Genetic diversity of black spruce populations regenerated after fire or after harvesting with pre-established regeneration protectionReportar como inadecuado




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Growth, Black spruce, Regeneration, Sustainable forestry

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Subject-Keyword: Growth Black spruce Regeneration Sustainable forestry

Type of item: Report

Language: English

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Time:

Description: Project Report 1999-27

Date created: 1999

DOI: doi:10.7939-R3TH8BQ7F

License information: Creative Commons Attribution-Non-Commercial 3.0 Unported

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Autor: Bousquet, Jean Perry, Daniel J.

Fuente: https://era.library.ualberta.ca/


Introducción



PROJECT REPORT 1999-27 Genetic diversity of black spruce populations regenerated after fire or harvesting with pre-established regernation protection Jean Bousquet and Daniel J.
Perry For copies of this or other SFM publications contact: Sustainable Forest Management Network G208 Biological Sciences Building University of Alberta Edmonton, Alberta, T6G 2E9 Ph: (780) 492 6659 Fax: (780) 492 8160 http:--www.biology.ualberta.ca-sfm- ISBN 1-55261-042-X Genetic diversity of black spruce populations regenerated after fire or after harvesting with pre-established regeneration protection by Jean Bousquet and Daniel J.
Perry Sustainable Forest Management Network Centre de recherche en biologie forestière Université Laval, Ste.-Foy, Québec July 1999 EXECUTIVE SUMMARY Black spruce (Piceamariana [Mill.] B.S.P.) regenerates under two different regimes 1) by seed, given adequate seed bed conditions, e.g.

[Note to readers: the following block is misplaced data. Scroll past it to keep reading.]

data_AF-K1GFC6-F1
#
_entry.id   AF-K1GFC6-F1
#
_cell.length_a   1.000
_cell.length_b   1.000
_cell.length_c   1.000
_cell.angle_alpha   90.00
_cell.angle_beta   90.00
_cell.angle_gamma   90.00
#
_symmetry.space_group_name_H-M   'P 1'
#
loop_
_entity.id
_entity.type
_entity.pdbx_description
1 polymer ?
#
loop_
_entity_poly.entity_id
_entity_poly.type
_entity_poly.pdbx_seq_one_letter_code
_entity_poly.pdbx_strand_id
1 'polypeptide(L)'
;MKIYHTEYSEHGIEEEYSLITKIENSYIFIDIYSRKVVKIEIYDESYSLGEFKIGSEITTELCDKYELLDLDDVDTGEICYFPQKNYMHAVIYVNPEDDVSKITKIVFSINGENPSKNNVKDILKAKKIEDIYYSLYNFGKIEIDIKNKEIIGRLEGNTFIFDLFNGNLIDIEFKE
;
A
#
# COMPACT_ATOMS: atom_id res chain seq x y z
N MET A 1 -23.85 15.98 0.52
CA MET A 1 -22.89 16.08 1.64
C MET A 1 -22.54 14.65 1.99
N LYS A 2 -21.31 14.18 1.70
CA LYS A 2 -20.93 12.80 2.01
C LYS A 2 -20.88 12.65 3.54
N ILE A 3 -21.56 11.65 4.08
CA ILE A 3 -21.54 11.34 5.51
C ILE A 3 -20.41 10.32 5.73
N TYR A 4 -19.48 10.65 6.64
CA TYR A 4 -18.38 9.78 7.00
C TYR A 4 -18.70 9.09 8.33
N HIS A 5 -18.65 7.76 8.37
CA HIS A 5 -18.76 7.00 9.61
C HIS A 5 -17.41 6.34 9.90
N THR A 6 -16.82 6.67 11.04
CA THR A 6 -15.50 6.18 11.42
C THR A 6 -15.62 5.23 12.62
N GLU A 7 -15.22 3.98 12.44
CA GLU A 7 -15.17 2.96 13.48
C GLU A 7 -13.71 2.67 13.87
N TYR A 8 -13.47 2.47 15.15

post-fire conditions; and 2) by layering, e.g. populations where harvest with protection of pre-established natural regeneration is practiced and where accumulation of organic matter prevents seed germination and seedling establishment. Although the growth of black spruce stands from layering is comparable to that of stands from seeds, questions have been raised about the long-term effects of management regimes favouring layering and clonal structures.
The objectives of this project are: 1) to evaluate the genetic diversity and the level of inbreeding of black spruce populations regenerated by layering after harvest; and 2) to compare these parameters with those of populations regenerated naturally by seed after fire.
A set of 12 polymorphic codominant molecular markers have been developed and applied to evaluate the genetic diversity in seven mature populations of black spruce from both types of origin.
At the scale of analysis, the results show that the genetic diversity of black spruce populations is essentially the same whether stand origin is from fire or from...





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